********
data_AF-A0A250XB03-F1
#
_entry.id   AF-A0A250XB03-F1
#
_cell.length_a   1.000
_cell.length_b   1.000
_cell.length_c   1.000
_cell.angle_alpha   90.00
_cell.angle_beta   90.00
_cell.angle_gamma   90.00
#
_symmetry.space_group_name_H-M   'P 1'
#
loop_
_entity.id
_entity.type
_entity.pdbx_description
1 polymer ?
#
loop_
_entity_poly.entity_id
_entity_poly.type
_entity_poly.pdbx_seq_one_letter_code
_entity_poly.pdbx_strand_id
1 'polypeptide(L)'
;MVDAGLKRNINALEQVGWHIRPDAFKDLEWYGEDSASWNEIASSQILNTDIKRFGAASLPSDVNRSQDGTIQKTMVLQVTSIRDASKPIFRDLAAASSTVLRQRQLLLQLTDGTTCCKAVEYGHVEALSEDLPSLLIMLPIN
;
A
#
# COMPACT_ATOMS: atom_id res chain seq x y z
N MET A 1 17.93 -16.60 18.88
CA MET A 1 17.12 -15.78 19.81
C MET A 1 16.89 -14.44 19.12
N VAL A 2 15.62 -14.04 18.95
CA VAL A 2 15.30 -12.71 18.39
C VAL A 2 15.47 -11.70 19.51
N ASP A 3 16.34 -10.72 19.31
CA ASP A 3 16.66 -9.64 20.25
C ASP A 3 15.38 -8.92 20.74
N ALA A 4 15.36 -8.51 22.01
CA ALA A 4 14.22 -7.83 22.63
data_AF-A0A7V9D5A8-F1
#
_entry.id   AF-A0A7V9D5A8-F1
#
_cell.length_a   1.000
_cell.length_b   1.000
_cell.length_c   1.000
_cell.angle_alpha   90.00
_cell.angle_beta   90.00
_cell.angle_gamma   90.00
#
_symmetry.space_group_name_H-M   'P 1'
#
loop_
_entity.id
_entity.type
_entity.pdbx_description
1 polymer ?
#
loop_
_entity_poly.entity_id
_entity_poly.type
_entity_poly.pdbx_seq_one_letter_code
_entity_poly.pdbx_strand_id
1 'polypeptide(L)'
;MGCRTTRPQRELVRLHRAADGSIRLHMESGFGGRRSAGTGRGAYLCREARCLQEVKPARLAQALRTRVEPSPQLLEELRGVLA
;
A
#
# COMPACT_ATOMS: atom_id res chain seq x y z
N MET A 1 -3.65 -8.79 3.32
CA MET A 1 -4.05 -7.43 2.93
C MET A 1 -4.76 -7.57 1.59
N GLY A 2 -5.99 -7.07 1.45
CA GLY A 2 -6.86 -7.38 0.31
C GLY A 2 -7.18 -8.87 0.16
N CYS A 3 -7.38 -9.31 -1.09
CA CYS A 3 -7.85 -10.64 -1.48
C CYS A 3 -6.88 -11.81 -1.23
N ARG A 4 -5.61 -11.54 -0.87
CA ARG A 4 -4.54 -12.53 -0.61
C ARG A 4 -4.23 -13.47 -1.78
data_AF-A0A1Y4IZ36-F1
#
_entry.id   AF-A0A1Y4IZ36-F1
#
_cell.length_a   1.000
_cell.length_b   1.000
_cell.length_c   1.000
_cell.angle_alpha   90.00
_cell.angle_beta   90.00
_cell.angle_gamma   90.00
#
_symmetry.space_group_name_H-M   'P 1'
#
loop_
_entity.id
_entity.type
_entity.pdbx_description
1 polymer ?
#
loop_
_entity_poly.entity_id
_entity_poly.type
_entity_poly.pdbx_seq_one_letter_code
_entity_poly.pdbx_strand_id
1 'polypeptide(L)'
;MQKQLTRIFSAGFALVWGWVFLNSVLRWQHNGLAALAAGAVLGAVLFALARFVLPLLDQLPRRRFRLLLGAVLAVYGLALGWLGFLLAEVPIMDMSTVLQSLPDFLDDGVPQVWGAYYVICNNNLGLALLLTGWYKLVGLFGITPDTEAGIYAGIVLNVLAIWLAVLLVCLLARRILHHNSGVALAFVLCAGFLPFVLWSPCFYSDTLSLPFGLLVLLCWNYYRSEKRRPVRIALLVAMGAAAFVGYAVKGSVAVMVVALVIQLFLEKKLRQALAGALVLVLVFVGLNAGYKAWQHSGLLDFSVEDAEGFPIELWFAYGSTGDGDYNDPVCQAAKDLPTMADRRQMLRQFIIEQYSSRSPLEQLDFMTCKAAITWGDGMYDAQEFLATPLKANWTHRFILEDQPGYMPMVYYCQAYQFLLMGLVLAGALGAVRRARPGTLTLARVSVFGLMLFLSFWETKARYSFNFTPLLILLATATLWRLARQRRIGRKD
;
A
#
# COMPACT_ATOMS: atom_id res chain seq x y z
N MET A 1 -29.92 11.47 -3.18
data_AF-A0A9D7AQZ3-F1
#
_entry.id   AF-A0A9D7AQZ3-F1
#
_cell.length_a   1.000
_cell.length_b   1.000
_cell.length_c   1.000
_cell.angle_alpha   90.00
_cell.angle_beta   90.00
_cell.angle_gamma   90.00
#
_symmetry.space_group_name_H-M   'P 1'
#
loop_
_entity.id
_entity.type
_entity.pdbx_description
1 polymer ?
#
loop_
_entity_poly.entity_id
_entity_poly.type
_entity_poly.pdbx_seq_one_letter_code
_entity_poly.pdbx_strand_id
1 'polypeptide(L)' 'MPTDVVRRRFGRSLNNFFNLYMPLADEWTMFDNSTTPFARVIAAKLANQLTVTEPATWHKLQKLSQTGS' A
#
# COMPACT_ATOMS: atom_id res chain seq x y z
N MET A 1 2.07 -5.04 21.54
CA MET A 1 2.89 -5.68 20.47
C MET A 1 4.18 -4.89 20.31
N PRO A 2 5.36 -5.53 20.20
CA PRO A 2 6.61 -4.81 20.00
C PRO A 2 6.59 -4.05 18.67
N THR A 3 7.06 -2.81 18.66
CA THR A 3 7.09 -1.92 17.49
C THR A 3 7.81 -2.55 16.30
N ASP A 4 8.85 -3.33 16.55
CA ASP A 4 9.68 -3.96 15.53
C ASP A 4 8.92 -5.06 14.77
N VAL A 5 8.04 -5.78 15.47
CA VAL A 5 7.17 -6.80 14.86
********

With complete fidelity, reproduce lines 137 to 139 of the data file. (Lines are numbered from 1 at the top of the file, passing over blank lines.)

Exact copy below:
_entity_poly.pdbx_seq_one_letter_code
_entity_poly.pdbx_strand_id
1 'polypeptide(L)' 'MPTDVVRRRFGRSLNNFFNLYMPLADEWTMFDNSTTPFARVIAAKLANQLTVTEPATWHKLQKLSQTGS' A